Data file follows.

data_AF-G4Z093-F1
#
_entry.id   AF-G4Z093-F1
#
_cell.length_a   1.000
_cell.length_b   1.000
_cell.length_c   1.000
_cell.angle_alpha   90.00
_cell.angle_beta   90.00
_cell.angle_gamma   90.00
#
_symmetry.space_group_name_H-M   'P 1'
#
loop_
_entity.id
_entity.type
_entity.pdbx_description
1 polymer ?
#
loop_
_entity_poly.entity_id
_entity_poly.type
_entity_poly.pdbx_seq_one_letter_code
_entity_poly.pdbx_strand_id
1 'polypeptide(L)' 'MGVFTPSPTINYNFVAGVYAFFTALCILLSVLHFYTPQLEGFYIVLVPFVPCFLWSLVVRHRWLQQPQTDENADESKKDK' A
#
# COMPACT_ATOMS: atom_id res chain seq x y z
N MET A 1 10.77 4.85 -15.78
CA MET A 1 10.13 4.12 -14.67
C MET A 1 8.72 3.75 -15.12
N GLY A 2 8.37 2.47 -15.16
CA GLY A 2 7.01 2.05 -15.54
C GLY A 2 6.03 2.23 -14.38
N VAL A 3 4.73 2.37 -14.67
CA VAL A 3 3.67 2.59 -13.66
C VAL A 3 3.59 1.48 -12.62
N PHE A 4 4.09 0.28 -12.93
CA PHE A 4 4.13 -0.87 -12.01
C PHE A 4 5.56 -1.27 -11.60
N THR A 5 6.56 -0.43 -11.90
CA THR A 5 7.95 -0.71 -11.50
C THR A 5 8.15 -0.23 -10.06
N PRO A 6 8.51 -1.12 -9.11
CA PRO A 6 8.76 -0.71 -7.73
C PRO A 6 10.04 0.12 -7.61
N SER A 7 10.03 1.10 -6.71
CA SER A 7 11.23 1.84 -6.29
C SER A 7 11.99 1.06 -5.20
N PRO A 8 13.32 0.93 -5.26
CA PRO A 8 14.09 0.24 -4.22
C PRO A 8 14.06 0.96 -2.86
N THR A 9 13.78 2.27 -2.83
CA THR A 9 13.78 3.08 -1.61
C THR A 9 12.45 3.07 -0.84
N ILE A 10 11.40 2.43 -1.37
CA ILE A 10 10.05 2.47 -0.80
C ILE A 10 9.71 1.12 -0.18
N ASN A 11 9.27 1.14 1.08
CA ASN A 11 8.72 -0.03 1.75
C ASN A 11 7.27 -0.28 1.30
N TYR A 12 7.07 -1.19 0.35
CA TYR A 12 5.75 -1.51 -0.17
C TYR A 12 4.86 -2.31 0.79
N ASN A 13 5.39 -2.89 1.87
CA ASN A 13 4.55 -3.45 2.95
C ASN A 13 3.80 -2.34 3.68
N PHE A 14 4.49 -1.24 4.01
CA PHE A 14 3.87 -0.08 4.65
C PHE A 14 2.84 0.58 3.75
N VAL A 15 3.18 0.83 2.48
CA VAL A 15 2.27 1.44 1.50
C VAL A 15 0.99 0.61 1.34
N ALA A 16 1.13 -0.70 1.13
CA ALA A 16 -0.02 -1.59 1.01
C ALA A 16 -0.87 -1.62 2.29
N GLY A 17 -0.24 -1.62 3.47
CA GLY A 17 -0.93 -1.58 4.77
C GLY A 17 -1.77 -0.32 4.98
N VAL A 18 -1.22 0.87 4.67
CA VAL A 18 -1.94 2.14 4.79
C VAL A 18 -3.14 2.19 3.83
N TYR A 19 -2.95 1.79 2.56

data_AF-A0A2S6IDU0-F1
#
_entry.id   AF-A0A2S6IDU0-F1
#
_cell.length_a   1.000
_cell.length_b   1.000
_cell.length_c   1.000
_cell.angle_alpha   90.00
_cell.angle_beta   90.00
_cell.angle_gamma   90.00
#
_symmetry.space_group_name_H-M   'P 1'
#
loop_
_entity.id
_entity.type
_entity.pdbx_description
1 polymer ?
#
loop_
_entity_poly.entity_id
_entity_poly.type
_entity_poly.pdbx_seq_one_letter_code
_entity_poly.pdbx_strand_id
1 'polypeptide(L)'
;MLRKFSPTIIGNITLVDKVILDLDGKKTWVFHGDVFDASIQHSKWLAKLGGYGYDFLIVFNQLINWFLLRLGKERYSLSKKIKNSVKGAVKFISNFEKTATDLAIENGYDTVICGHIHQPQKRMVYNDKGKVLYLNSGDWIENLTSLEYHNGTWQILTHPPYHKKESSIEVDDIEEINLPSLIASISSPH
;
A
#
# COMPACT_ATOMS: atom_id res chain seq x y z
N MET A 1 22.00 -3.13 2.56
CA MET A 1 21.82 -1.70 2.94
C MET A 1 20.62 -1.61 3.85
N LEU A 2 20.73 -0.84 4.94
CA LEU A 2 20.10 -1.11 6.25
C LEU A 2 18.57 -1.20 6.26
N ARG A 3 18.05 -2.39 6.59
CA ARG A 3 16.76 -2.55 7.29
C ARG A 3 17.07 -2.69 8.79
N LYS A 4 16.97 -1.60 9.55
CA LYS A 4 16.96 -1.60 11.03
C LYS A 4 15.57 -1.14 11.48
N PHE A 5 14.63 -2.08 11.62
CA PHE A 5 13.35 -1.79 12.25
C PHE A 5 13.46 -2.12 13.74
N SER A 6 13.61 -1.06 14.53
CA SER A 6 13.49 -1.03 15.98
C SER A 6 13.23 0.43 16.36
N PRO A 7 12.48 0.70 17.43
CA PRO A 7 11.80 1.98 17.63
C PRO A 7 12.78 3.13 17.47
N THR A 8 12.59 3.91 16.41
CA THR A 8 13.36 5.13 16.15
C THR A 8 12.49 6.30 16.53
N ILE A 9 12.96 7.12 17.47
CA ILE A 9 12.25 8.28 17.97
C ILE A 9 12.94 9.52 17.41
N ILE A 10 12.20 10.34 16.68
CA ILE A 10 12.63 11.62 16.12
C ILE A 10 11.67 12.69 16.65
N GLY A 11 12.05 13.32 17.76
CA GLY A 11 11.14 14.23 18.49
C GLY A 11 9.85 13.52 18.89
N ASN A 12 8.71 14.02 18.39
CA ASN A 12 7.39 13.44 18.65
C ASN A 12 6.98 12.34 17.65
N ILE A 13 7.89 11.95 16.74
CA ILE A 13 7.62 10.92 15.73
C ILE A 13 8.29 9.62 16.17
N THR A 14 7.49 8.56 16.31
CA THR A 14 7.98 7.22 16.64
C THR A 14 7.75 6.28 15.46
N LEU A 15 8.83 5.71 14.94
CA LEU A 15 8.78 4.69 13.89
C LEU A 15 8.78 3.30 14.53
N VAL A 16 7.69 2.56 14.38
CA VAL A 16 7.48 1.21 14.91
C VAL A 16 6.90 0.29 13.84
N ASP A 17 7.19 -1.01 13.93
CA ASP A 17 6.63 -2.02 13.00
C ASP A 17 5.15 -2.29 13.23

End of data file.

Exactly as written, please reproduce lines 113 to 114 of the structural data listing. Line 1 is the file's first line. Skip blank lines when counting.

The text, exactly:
N MET A 1 22.00 -3.13 2.56
CA MET A 1 21.82 -1.70 2.94